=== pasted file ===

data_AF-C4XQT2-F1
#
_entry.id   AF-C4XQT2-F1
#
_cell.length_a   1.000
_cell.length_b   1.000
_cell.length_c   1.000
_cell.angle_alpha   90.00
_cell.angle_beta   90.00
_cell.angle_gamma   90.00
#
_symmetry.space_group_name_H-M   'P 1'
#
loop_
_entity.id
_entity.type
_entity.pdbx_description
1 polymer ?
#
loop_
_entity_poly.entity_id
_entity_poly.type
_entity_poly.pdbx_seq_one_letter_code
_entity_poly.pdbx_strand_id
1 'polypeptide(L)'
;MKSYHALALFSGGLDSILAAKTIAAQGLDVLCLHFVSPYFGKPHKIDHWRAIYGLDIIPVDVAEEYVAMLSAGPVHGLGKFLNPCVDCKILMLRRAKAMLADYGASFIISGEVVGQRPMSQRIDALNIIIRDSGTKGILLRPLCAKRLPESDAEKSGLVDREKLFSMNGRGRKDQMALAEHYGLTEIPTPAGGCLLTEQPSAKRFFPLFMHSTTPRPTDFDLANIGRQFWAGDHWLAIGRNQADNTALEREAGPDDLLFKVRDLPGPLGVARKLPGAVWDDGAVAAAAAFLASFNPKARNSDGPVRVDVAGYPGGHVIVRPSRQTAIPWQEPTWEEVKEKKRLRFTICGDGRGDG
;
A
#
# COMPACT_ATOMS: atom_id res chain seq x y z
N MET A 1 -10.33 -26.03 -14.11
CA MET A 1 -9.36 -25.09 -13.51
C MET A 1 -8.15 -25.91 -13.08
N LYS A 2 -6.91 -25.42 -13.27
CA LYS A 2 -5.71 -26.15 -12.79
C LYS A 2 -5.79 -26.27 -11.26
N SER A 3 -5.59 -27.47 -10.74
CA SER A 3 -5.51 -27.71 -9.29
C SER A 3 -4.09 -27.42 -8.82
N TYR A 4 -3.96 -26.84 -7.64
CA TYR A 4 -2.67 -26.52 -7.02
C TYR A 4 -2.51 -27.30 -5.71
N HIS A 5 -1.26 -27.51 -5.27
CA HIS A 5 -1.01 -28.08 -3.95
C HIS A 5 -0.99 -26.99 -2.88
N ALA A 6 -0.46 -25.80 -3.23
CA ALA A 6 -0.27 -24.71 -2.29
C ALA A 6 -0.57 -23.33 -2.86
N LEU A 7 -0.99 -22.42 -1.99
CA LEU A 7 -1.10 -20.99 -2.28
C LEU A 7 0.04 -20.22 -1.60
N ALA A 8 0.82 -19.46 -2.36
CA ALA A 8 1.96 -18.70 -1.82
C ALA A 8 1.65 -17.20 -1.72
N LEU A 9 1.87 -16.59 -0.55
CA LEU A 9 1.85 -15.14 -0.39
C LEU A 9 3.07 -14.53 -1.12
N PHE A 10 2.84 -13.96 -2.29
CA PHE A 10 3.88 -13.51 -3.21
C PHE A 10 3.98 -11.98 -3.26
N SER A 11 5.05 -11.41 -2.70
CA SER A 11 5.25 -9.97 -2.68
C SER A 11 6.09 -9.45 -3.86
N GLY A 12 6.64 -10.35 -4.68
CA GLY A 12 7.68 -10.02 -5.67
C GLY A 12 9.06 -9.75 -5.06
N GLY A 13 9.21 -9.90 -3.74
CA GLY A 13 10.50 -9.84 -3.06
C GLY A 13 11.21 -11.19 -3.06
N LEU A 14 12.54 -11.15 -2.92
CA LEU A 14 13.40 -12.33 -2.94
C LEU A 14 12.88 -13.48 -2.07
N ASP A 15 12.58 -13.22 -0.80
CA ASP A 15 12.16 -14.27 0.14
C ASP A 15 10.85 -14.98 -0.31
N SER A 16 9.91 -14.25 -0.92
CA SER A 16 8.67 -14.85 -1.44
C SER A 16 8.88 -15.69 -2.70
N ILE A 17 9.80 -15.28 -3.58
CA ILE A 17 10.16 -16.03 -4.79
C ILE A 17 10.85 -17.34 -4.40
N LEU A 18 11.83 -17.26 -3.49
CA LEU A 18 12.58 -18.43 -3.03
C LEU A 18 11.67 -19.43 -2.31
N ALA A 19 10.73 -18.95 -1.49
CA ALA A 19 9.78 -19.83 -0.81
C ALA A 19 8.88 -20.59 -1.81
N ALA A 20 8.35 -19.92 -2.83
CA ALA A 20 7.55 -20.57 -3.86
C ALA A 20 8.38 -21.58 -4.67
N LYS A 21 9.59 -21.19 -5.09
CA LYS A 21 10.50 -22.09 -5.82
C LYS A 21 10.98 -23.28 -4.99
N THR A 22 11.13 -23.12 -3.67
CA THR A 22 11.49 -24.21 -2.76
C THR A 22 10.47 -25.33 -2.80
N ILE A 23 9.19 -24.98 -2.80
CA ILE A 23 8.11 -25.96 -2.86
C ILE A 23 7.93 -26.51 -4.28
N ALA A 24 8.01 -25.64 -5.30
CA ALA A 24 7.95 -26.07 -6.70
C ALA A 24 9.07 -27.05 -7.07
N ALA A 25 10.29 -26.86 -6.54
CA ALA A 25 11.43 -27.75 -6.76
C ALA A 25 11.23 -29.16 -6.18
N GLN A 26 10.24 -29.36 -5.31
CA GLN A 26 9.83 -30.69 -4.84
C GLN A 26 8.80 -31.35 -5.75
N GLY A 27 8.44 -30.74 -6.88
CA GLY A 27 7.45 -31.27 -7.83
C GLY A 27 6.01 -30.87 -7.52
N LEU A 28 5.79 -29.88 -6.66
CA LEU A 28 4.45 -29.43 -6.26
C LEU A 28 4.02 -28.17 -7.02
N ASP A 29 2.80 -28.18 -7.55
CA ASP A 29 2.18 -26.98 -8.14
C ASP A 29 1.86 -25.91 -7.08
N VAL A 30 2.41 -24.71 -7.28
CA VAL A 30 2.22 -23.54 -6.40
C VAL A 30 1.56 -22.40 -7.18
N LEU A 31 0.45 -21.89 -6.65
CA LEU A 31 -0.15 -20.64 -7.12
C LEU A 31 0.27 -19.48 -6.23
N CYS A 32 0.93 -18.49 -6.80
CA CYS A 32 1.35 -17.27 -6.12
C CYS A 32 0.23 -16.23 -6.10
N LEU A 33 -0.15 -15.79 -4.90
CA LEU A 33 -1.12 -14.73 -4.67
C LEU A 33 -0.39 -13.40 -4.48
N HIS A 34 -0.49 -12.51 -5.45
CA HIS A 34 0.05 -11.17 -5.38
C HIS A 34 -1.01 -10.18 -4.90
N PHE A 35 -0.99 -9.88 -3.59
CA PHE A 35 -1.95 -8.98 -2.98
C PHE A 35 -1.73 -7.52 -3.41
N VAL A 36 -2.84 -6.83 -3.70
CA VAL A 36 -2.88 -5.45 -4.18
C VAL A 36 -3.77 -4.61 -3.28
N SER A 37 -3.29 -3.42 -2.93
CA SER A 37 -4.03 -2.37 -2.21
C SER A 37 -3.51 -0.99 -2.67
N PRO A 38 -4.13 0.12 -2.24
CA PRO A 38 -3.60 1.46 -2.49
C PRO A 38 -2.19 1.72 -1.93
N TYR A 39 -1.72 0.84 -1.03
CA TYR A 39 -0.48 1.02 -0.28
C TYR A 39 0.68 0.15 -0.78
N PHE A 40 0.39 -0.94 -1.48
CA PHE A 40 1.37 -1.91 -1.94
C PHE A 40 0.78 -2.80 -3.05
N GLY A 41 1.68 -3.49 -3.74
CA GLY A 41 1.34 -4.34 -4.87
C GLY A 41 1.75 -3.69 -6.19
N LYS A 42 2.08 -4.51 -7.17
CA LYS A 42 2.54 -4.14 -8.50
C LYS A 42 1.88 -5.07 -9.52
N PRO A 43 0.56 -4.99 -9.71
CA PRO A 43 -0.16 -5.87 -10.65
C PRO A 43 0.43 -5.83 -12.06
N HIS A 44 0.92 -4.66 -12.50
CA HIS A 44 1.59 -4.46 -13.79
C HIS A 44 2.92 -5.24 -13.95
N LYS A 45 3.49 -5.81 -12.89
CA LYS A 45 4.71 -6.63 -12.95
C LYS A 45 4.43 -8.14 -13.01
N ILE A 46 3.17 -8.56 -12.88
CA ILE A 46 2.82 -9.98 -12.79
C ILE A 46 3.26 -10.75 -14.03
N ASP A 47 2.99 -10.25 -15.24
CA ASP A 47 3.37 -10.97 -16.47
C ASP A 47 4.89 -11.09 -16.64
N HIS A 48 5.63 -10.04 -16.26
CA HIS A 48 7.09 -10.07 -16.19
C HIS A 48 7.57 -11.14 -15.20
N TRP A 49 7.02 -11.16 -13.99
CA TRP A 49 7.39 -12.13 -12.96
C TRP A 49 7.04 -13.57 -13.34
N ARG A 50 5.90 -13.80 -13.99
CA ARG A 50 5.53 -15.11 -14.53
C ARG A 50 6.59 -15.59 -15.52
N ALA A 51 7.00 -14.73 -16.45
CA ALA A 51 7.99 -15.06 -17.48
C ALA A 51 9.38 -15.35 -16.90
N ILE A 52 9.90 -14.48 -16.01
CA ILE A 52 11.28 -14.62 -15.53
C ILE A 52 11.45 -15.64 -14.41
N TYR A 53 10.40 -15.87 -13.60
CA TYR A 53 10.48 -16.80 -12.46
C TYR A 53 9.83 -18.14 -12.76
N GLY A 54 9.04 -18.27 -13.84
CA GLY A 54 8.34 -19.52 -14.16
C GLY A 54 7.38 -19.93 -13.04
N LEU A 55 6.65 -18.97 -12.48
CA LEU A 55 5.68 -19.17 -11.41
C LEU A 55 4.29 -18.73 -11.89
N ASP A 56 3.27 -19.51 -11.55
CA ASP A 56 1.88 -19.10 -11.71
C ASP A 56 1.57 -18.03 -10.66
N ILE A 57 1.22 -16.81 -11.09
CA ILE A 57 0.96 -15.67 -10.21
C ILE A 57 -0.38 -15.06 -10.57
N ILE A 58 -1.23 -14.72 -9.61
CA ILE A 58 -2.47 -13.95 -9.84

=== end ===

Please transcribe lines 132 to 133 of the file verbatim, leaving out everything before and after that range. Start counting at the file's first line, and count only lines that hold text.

C HIS A 34 -1.01 -10.18 -4.90
N PHE A 35 -0.99 -9.88 -3.59